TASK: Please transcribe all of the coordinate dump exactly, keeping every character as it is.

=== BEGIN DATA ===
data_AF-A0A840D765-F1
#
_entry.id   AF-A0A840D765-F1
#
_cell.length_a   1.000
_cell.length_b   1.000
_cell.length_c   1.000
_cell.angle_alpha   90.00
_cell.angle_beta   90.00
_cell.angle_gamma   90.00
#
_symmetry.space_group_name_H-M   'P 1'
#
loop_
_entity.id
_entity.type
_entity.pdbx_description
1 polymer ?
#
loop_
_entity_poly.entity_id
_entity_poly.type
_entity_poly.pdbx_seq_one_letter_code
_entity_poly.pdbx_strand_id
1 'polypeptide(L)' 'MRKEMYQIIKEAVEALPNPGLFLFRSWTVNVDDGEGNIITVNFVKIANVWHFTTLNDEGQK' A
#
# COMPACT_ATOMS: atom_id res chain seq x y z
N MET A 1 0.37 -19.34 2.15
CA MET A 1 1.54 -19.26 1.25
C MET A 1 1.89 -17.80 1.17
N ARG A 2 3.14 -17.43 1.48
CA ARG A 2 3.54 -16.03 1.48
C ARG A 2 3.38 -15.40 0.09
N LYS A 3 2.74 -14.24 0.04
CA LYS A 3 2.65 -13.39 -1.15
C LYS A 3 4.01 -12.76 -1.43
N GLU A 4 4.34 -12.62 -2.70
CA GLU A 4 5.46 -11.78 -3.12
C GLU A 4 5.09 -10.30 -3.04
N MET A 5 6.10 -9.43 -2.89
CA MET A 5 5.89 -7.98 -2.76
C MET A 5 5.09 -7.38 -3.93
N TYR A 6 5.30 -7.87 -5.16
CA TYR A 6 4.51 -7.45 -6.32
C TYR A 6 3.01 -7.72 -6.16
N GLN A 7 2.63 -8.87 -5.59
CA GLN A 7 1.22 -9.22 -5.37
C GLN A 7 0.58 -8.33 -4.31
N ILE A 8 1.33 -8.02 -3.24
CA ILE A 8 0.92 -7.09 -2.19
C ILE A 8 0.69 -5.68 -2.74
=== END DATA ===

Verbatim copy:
data_AF-A0A840D765-F1
#
_entry.id   AF-A0A840D765-F1
#
_cell.length_a   1.000
_cell.length_b   1.000
_cell.length_c   1.000
_cell.angle_alpha   90.00
_cell.angle_beta   90.00
_cell.angle_gamma   90.00
#
_symmetry.space_group_name_H-M   'P 1'
#
loop_
_entity.id
_entity.type
_entity.pdbx_description
1 polymer ?
#
loop_
_entity_poly.entity_id
_entity_poly.type
_entity_poly.pdbx_seq_one_letter_code
_entity_poly.pdbx_strand_id
1 'polypeptide(L)' 'MRKEMYQIIKEAVEALPNPGLFLFRSWTVNVDDGEGNIITVNFVKIANVWHFTTLNDEGQK' A
#
# COMPACT_ATOMS: atom_id res chain seq x y z
N MET A 1 0.37 -19.34 2.15
CA MET A 1 1.54 -19.26 1.25
C MET A 1 1.89 -17.80 1.17
N ARG A 2 3.14 -17.43 1.48
CA ARG A 2 3.54 -16.03 1.48
C ARG A 2 3.38 -15.40 0.09
N LYS A 3 2.74 -14.24 0.04
CA LYS A 3 2.65 -13.39 -1.15
C LYS A 3 4.01 -12.76 -1.43
N GLU A 4 4.34 -12.62 -2.70
CA GLU A 4 5.46 -11.78 -3.12
C GLU A 4 5.09 -10.30 -3.04
N MET A 5 6.10 -9.43 -2.89
CA MET A 5 5.89 -7.98 -2.76
C MET A 5 5.09 -7.38 -3.93
N TYR A 6 5.30 -7.87 -5.16
CA TYR A 6 4.51 -7.45 -6.32
C TYR A 6 3.01 -7.72 -6.16
N GLN A 7 2.63 -8.87 -5.59
CA GLN A 7 1.22 -9.22 -5.37
C GLN A 7 0.58 -8.33 -4.31
N ILE A 8 1.33 -8.02 -3.24
CA ILE A 8 0.92 -7.09 -2.19
C ILE A 8 0.69 -5.68 -2.74